Published on: May 29, 2015
TRANSITION. To parents who have children on the Autism spectrum, this word can bring about an abundance of feelings. From nervousness, to fear, to anger, parents dread the thought of having to encounter this change. When your child is in a placement where you know the teachers and the teachers know your child, the thought of having to readjust at a whole new school can seem very overwhelming. Here are some thoughts and ideas on how to set your next placement up for success.
TRANSITION? What exactly does this mean and where do you even start? As parents, we want what is best for our children and when it comes to new school placements, there are so many questions and concerns that need to be addressed.
Step 1: The first step would be to think about what’s important to you, your child and family and write those things down. Is it the class size, the types of professionals at the school, types of kids, or the curriculum? Once you have an understand of what you are looking for then you can then write down all the questions you have about those different areas. Here at The Shafer Center, we provide parents with an “Autism Program Checklist for Parents” which include questions about everything we think is important to ask and this checklist can be taken to any school or program. On this checklist, you will find questions regarding topics such as:
• General Questions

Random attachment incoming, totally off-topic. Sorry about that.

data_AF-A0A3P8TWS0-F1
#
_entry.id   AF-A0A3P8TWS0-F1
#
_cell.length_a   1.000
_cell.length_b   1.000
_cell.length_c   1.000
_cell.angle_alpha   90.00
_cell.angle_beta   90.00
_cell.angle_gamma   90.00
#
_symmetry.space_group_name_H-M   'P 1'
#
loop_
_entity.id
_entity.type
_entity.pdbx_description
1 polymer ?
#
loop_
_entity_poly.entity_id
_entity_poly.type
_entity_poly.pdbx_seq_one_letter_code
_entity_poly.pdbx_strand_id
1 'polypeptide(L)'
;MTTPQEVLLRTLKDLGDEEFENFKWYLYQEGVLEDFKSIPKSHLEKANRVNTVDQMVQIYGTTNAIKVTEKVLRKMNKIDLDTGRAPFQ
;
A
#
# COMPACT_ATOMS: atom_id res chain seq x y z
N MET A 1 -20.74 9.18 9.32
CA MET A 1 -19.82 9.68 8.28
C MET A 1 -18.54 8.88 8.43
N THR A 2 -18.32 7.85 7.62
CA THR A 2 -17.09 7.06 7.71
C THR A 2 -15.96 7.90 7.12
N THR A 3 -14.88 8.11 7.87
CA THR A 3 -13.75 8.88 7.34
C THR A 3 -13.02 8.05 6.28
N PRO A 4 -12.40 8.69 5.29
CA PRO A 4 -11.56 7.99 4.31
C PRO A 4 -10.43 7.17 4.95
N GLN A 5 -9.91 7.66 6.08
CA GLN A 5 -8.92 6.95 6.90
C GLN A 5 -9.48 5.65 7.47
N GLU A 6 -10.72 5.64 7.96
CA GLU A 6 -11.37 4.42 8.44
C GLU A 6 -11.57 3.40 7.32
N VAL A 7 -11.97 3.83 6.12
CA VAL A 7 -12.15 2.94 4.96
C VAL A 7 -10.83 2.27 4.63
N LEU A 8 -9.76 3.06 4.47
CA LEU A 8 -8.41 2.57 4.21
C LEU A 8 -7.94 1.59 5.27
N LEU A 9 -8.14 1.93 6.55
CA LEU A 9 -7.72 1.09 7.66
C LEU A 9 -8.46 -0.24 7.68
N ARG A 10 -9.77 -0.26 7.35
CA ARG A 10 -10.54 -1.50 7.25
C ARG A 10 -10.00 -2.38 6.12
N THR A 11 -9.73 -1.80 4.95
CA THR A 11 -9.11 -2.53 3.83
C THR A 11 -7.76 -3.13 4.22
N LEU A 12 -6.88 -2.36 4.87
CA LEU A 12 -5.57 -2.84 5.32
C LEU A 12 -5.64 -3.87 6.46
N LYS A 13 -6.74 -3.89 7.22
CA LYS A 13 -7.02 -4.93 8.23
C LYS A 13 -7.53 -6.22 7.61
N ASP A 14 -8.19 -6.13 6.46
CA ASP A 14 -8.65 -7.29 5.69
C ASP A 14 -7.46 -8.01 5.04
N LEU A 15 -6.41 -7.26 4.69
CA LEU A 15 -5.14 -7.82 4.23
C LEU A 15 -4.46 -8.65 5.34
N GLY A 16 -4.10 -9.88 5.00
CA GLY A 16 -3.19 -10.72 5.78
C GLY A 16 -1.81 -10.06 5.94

• Learning tools
• Parents and Communication
• Learning Environment & Facility
Having this guide, gives you the opportunity to compare different placements to make an informed decision.
Step 2: The second step is to understand where your child’s current teachers think would be the best next placement for your child. It’s always helpful to have another opinion and that could come from your teacher or SLP or any other person who could make recommendations. At The Shafer Center we use a form called “Transition Recommendations and Essential Components”. This is filled out by the child’s teacher along with input from the whole team, which is a compiled list of essential components for future schools. Meaning what are the top 3-5 things to look for in your next placement. Examples of some program components are:
• Additional adult support
• Academically rigorous
• Behavior component
• Small student to teacher ratio
• SLP integration into classroom
• Applied Behavior Analysis
• Opportunities for movement
These components are important because they are stepping stones to help your child be successful in their future placement. For the school recommendations, there are usually 2-3 and will be based on your child’s needs and keeping in mind the recommended program components. It is also helpful to ask when the last time anyone had visited that program. Schools are always changing and it’s important to have current information.
Another great resource is other parents. It’s always nice to speak with people who have been or are in your situation. Ask around and see if you can find some parents who have kids that go to the school in which you are looking. Parents will always be honest. But you also have to take into account that they have had specific experiences and yours may not be theirs. Talk to people you trust to give you an honest but fair recommendation and don’t feel bad for asking a lot of questions! Knowledge is power!